Given you've been at Plaid for almost 5 years, how has the company changed?
When I first joined Plaid, the entire company was around 65 people and now we have over 900 people!

Though some years have passed, I will say our ethos to constantly challenge ourselves to be better is still very much true today. In the early days on the engineering team we were super scrappy. There were no teams - there was just the engineering team. Now that the org has significantly grown and is made up of focused teams, we have the ability to be more ambitious with our products, paving the way for exciting new efforts.

How has your career developed over time?
I've grown a lot as a more senior engineer and I credit that to my experience at Plaid. I’ve always been pretty good at finding gaps in our systems, but I haven’t always been good at turning that into action. It’s easy to look at a problem and feel cynical or grumpy about it, but directly expressing that can hurt morale, and not saying anything at all is unhelpful. Over the past couple of years at Plaid, I’ve learned to turn these observations into something positive and productive, by building a case for the potential impact of solving the problem, and getting others excited to tackle it. It has taken me a lot of reflection and feedback from my manager and colleagues to get here, but I am really happy that I can use this skill more productively now. 

What paved the way for you to pursue engineering? 
I had a lot of positive engineering role models growing up, and I’ve always loved building and creating things. 

My dad is an Imagineer for Disney and has helped design rides in the Disney parks in Paris, Orlando, and Tokyo. He really is a jack of all trades. I think to do that job, you need a surface level understanding of everything. You need to understand all engineering disciplines and be ahead of the curve on new technology so you can bring them together for an artistic goal. I was always inspired by all of the cool things that he worked on.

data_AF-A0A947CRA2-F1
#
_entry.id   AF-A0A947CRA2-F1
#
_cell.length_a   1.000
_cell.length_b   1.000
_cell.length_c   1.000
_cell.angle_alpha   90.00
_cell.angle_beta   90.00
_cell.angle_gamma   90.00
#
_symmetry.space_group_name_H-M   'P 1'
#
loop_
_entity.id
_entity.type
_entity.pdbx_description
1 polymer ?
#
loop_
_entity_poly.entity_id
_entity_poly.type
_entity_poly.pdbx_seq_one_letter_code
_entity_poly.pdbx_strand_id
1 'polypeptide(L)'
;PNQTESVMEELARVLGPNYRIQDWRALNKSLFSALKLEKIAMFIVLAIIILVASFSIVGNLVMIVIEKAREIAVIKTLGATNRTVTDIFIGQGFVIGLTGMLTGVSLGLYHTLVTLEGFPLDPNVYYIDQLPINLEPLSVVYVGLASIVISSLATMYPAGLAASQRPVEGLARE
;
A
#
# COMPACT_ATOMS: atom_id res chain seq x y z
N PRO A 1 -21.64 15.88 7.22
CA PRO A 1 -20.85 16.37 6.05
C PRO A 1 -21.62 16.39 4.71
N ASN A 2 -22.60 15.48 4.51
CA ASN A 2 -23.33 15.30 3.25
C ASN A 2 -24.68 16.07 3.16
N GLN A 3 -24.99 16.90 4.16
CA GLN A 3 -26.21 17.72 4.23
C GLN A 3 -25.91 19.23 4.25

I first tried programming when I was 11 or so, but only C++ really existed at that time so I didn’t get too far. Still, I loved the feeling of creating something out of nothing.  When I was a teenager, I started doing web development for side cash, and 3D computer graphics modeling. It culminated when I was probably 16 or 17, when my friend and I built a 3D game for the iPhone together. He did most of the coding, and I did most of the graphics and modeling. It was a flight simulator game, so you tilt your phone and the plane tilts. I am pretty sure it was one of the first real 3D apps for the iPhone. 

How did you learn about Plaid?
Well, our CTO, Jean-Denis, was my former manager at a previous employer and in a twist of fate, we happened to be looking for our next roles around the same time. I vividly remember chatting with him and comparing notes on companies we were pursuing. We both shared our top three companies and Plaid was on his list, but not mine. He was still in the interview process at Plaid, but had great things to say, so I added Plaid to my list and the rest is history.